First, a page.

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7 Tips for Writing Acceptance Criteria with Examples – Agile For Growth – Acceptance Criteria Definition
Acceptance Criteria defines how a particular feature could be used from an end user’s perspective. It focuses on business value, establishes the boundary of the feature’s scope and guides development. These are unique to a user story and form the basis of user story acceptance testing which establishes the conditions for the success of the feature.
Acceptance criteria could establish a boundary that helps team members to understand what’s included and what’s excluded from the scope of the user story. The criterion of user story acceptance not only informs the product behavior in happy path scenarios, it also guides the user experience when things don’t work as intended. It describes what would be verified by the acceptance tests.
When the product owner verifies particular user story acceptance criteria and the developed feature passes it, the development of the user story is considered a success. Pass / fail type results allow AC to form the basis of creating tests that can be automated and executed.
Tips for writing Acceptance Criteria
An essential aspect of writing good user story involves writing good acceptance criteria. It is the key to effectively testing the developed functionality. It allows the team members writing acceptance tests to understand the scope of the user story or Product Backlog Item (PBI).
How to define acceptance criteria? Here are some useful tips for writing AC for user stories. Some of the Scrum teams I’ve worked with preferred to use these ac tips as a checklist for writing good acceptance criteria. Acceptance criteria checklist helped with consistency and acted as training wheels for new team members. I encourage the teams to keep revisiting and revising these tips to fit their need. I would also forewarn to avoid using these tips as fixed rules.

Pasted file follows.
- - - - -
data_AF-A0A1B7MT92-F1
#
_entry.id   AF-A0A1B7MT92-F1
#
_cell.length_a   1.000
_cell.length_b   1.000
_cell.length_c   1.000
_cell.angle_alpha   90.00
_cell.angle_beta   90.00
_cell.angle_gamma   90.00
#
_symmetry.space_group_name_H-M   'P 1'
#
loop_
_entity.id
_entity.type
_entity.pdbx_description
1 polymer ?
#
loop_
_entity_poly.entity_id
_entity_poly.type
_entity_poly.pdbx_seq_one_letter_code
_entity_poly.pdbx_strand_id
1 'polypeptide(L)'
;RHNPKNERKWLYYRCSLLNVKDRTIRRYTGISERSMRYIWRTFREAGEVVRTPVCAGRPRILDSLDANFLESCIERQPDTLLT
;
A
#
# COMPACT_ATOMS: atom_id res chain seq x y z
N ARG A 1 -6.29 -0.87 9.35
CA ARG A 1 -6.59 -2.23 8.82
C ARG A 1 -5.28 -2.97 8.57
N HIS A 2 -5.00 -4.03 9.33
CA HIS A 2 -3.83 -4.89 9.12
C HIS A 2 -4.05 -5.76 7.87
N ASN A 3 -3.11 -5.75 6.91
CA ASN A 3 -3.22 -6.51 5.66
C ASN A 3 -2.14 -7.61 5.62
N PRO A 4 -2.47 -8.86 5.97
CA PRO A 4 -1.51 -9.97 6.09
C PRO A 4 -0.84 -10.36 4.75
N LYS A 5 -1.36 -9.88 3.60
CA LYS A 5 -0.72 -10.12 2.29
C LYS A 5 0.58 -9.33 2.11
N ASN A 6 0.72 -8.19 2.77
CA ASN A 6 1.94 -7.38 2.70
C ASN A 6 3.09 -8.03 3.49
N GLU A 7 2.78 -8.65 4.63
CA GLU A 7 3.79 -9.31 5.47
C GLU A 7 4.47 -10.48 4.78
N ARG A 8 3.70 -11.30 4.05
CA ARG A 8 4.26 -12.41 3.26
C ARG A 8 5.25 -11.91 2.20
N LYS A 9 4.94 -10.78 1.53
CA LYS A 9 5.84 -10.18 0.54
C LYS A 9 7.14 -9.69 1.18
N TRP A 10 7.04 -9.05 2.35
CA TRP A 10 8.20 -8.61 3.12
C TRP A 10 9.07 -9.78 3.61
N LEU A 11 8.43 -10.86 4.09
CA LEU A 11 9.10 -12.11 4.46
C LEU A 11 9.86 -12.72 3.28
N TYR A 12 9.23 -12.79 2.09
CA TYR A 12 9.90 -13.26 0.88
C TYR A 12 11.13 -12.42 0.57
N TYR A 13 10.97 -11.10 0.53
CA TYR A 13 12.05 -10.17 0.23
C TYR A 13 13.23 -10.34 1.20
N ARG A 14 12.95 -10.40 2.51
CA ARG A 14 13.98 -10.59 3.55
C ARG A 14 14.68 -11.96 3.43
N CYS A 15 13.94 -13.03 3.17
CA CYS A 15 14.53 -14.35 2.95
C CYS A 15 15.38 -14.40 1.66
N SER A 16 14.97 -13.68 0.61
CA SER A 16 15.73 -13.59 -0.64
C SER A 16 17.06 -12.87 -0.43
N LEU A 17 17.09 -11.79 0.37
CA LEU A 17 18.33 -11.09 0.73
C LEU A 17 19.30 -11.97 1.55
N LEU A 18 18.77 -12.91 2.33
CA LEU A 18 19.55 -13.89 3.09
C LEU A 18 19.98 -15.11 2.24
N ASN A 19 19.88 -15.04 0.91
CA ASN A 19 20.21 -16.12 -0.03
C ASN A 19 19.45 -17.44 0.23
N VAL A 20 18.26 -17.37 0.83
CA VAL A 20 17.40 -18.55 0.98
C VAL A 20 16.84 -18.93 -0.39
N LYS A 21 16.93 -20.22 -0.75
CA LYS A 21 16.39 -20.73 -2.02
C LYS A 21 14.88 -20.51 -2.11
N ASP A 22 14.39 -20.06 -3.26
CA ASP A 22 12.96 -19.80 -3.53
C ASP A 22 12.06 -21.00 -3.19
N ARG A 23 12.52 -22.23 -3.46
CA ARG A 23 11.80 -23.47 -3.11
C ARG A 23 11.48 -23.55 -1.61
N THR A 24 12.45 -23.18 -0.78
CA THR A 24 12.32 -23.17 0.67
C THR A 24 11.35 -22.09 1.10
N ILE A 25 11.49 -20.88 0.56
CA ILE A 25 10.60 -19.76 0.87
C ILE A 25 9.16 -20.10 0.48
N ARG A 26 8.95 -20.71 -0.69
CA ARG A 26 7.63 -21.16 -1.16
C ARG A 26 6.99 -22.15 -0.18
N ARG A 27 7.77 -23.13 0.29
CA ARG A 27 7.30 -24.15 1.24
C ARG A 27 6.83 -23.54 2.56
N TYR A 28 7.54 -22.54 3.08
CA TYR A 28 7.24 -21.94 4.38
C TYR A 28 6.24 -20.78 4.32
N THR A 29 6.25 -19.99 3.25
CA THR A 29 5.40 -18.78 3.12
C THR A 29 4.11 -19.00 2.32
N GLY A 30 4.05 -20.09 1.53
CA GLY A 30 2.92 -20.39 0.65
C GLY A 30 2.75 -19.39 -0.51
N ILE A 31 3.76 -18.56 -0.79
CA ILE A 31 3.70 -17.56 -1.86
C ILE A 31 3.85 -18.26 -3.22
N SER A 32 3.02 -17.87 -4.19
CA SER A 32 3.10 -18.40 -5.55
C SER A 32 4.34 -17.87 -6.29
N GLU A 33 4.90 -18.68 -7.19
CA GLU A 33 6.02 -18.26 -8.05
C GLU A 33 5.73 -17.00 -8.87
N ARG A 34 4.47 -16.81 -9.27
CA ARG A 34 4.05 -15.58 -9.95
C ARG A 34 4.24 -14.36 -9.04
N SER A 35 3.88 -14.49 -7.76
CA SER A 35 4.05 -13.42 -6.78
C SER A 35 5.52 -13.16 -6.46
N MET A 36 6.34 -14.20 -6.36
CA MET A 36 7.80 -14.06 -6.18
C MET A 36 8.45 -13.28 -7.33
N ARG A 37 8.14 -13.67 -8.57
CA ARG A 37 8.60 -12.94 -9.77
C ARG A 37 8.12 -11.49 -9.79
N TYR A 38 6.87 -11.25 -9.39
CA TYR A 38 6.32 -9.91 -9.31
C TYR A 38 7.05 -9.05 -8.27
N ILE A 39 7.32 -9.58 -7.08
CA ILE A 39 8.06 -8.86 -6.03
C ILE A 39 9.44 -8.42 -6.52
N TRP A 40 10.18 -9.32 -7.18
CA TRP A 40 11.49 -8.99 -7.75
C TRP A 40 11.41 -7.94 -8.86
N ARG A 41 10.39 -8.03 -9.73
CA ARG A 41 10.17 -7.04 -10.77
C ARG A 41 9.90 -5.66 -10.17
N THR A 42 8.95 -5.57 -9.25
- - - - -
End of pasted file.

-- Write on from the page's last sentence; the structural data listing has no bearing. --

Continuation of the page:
7 Tips to write Acceptance Criteria | Agile For Growth
7 Tips for Writing Acceptance Criteria:
Each product backlog item or user story should have at least one acceptance criteria. Hey, don’t take writing acceptance criteria lightly or think of skipping it.
Acceptance Criteria is written before implementation – this is obvious yet frequently missed by teams. Write acceptance criteria after the implementation and miss the benefits.
Each acceptance criterion is independently testable. Why shouldn’t it be?
Acceptance criteria must have a clear Pass / Fail result. Write complex and long sentences at your own risk.
It focuses on the end result – What. Not the solution approach – How.
Include functional as well as non-functional criteria – when relevant.
Team members write acceptance criteria and the Product Owner verifies it. It confirms the PO and the team have shared understanding of the user story.